TechRepublic names audit logging among top 10 best practices for Windows security

Windows Audit Log DetailTechRepublic recently produced a list of 10 best practices for Windows security. In it was mention of audit logging as a best practice to improve Windows security. They consider Windows auditing challenging because of the vast amounts of raw data that typically is produced.

If too much logging occurs, it makes the value next to nothing and more like searching for a needle in a haystack. There’s also the risk of logs being overwritten if they aren’t set to handle all the events. It’s essential to know what is necessary and only audit those changes instead of using a broad approach hoping critical problems will jump out at you. Trying to keep up with all the native security data each day is nearly impossible without the proper resources. But what if you aren’t ready or able to commit to only a few aspects and need a broader overview? This is where you need the help of a tool that can automatically gather all the logs, remove unnecessary noise and produce readable reports in plain language you can understand.

Fact is, organizations that implement audit logging are far less at risk of a security or compliance problem than without even if they may be unsure at the outset what is and isn’t important. With NetWrix Change Reporter Suite, you can audit effectively and easily without the massive volumes of raw data and monitor changes that are important. In addition to Windows Servers, this solution audits changes to Active Directory, Group Policy, Exchange, SQL, SharePoint, VMware, EMC, NetApp, File Servers, Network Devices such as Cisco firewalls and more. It shows who made what change, when and where as well as many before and after settings in easy-to-read reports. It scales to environments large or small, sets up quickly and is cost-effective.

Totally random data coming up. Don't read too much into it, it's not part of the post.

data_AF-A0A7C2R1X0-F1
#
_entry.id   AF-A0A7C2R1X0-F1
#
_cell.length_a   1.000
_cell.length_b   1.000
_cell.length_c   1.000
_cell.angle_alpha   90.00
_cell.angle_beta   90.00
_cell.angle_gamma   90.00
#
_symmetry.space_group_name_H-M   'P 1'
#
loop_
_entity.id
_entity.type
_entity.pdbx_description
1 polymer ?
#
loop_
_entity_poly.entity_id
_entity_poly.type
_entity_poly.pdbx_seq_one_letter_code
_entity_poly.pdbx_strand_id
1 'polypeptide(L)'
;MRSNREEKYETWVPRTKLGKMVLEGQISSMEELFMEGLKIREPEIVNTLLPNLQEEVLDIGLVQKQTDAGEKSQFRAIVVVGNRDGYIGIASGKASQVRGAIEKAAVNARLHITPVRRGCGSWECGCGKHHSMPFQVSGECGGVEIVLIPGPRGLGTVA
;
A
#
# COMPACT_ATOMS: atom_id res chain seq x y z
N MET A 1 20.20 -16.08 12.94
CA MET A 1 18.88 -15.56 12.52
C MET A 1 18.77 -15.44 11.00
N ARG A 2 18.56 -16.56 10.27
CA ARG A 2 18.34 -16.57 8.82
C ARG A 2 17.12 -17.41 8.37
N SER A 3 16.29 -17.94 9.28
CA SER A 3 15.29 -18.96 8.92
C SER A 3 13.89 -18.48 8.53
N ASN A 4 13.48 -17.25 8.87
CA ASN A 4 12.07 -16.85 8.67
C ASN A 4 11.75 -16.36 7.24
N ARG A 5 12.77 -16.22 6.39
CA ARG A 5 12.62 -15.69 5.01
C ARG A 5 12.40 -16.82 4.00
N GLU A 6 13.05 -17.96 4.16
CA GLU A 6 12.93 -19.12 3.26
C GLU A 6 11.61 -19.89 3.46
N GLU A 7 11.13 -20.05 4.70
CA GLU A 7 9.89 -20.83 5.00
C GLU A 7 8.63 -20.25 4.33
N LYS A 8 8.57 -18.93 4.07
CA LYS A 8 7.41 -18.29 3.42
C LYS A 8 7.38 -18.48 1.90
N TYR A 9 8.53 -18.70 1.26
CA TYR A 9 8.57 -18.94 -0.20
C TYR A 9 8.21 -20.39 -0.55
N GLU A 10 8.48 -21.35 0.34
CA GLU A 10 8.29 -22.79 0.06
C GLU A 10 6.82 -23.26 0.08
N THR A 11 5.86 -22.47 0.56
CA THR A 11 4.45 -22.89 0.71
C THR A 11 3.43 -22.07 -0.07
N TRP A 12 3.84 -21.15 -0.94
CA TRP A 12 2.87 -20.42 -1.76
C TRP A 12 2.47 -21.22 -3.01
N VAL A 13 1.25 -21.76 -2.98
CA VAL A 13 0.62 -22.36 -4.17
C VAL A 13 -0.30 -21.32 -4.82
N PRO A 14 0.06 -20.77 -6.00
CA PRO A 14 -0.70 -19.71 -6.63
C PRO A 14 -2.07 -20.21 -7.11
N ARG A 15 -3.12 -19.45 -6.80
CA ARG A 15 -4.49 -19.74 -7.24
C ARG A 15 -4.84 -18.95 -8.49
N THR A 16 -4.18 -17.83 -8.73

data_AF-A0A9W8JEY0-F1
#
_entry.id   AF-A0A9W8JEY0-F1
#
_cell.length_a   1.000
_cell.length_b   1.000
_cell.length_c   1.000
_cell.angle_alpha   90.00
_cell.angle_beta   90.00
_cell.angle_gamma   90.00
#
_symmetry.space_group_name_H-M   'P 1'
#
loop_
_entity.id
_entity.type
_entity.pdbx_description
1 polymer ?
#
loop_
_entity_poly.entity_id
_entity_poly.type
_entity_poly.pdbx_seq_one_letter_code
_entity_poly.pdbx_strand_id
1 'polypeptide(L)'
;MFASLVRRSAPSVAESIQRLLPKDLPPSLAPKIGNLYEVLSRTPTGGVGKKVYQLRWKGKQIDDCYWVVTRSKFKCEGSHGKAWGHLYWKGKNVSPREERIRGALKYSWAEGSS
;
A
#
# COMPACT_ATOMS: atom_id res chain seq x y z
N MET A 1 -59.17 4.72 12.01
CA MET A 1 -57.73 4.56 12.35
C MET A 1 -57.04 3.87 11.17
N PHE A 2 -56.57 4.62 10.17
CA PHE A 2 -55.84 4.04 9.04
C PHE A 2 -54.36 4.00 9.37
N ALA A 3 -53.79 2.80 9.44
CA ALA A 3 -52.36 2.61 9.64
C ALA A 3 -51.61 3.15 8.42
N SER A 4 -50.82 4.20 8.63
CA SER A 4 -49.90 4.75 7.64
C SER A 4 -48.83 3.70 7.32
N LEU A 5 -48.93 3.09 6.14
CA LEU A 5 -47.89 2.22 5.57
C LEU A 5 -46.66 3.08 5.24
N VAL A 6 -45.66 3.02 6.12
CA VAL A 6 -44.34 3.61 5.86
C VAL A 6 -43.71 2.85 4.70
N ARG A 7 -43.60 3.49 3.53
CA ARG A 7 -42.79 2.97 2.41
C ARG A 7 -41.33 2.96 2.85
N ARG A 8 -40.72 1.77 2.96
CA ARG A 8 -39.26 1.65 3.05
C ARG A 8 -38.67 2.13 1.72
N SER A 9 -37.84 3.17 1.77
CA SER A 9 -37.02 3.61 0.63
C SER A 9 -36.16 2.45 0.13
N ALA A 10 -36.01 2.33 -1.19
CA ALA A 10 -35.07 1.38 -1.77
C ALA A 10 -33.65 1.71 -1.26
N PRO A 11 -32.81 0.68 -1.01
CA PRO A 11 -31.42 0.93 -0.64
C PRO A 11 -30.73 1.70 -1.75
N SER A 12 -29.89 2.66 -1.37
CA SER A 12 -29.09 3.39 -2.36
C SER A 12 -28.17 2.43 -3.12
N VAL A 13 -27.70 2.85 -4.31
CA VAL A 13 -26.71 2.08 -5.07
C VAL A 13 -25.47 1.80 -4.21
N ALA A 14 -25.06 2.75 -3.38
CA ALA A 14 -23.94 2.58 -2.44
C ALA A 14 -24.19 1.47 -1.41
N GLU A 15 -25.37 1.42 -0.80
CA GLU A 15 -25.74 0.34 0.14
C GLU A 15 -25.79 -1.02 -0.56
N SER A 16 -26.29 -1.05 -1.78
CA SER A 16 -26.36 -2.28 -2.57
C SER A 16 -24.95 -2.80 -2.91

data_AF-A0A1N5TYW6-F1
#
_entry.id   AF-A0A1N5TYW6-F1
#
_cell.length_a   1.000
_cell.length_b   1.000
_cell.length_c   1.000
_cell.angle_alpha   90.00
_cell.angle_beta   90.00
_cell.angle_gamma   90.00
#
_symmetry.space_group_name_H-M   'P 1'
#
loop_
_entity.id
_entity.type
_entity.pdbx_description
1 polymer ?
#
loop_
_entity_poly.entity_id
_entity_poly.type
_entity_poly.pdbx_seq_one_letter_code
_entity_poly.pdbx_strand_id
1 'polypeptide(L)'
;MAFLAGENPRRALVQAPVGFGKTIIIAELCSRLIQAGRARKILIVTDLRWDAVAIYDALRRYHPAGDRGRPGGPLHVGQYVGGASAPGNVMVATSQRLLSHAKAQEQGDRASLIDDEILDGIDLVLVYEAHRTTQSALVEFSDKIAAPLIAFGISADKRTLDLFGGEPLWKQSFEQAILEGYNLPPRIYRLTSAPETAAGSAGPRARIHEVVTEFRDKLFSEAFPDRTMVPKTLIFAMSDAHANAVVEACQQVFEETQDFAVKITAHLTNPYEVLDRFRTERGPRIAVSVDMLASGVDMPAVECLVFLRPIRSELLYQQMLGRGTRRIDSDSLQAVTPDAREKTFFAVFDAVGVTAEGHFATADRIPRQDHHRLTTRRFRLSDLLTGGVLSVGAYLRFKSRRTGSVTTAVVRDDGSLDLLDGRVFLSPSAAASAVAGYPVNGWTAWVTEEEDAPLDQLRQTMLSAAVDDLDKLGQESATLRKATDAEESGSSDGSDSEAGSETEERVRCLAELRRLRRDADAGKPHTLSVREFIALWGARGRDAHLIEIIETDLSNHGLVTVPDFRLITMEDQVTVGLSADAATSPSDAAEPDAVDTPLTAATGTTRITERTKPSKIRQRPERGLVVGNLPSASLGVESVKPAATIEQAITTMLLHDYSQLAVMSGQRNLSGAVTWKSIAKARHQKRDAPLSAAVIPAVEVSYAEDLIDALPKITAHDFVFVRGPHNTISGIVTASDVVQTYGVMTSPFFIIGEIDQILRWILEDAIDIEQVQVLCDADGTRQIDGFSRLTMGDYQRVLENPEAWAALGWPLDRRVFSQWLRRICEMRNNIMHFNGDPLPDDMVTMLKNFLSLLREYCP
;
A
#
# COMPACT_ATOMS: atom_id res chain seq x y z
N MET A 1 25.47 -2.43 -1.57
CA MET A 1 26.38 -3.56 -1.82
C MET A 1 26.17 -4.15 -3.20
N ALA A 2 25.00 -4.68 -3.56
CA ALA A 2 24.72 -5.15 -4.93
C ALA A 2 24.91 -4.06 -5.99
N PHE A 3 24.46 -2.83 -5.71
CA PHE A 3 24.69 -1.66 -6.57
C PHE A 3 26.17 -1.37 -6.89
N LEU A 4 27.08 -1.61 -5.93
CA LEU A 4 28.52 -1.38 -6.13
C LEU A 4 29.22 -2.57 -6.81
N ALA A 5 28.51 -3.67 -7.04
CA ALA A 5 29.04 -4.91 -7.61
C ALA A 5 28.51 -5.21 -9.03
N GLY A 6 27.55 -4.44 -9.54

Have you tried Windows security auditing on your own successfully (be honest!)? What were the results? How more/less effective were you at maintaining Windows security before/after implementing a procedure to audit your environment or more specifically, your Windows systems? Please share your experiences, thoughts and comments below:

Chris is a former Senior Director of Product Management at Netwrix. He has been involved in various technology roles from desktop support to network management and technical training to sales and product management for more than 20 years. Happilly married, father of two, writer, singer/songwriter, runner and all-around curious explorer of life and all that it has to offer.